South Carolina PSC votes to temporarily roll back SCEG rates by 15%. Utility whines about extreme political pressure.

Guest Blog | July 4, 2018 | Energy Policy, Nuclear, South Carolina
Blog author Frank Knapp, Jr.

This blog post, by Frank Knapp, Jr., President and CEO of the South Carolina Small Business Chamber of Commerce, was written Tuesday, July 2, and was originally published on the SCSBC’s blog here.

Today [July 2] the SC Public Service Commission unanimously and without debate voted to comply with the directive of the SC Legislature. The PSC approved a 15% electric rate decrease for SCE&G customers retroactive to April 1st of this year.

Before you get too excited, this past Friday SCE&G filed suit in a federal District Court to block the rate rollback saying that the legislation passed is unconstitutional.

In court is exactly where we expected to be all along and why I’ve been advocating that we could and should have gotten to this point sooner.

In addition to the legalese of SCE&G’s federal lawsuit is this analysis:

Bowing to extreme political pressure, the South Carolina General Assembly now wishes that it had not enacted the BLRA (Base Load Review Act) and, through two new laws (Act 287 and Resolution 285), seeks to punish SCE&G by retroactively eliminating all rate increases since 2010 authorized under the BLRA.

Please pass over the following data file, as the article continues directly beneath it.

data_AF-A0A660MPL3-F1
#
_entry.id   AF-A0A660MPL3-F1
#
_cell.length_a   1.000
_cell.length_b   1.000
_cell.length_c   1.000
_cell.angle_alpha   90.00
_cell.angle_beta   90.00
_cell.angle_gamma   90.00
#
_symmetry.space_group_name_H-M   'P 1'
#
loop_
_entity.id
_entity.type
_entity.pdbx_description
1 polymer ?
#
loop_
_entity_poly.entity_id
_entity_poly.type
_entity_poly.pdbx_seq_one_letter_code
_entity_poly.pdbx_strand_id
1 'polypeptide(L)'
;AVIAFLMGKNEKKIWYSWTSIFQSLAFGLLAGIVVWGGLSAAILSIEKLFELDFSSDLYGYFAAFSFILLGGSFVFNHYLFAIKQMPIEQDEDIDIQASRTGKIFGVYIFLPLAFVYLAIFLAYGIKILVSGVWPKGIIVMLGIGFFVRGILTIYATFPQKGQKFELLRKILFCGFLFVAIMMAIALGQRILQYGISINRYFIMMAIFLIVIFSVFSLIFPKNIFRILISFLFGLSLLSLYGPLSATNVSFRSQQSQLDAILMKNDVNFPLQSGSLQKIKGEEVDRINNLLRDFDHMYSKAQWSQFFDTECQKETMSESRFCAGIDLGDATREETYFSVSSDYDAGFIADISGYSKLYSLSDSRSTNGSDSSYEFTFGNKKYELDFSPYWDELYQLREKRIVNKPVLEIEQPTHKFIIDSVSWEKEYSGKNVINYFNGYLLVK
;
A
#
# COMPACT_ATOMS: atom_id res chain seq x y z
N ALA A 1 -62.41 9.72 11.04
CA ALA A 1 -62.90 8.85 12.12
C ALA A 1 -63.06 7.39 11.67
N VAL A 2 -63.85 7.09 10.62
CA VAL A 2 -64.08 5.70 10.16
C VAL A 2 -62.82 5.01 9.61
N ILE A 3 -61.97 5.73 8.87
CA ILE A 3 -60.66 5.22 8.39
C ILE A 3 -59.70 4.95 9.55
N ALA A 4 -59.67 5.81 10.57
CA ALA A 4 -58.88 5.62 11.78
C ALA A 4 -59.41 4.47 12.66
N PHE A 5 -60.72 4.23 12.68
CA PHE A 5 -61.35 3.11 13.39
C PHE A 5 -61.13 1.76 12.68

For 95 years SCE&G has basically owned the SC General Assembly lock, stock, and barrel by virtue of its lobbying, campaign contributions, public donations and all its economic clout.  It was a political machine that no legislator dared defy.

SCE&G was the epitome of “extreme political pressure”.

Now the utility wants to complain to the federal court that it is being harmed by “extreme political pressure”?

SCE&G certainly has the right to challenge the constitutionality of the legislation passed just last week.

And the public, through lawsuits, has the right to challenge the constitutionality of the 2007 Base Load Review Act which created the mess we’re in.

But for SCE&G to whine to a federal court that is has been the victim of “extreme political pressure” is pathetically hypocritical and shows just how far the utility has fallen from the mountain top of power.

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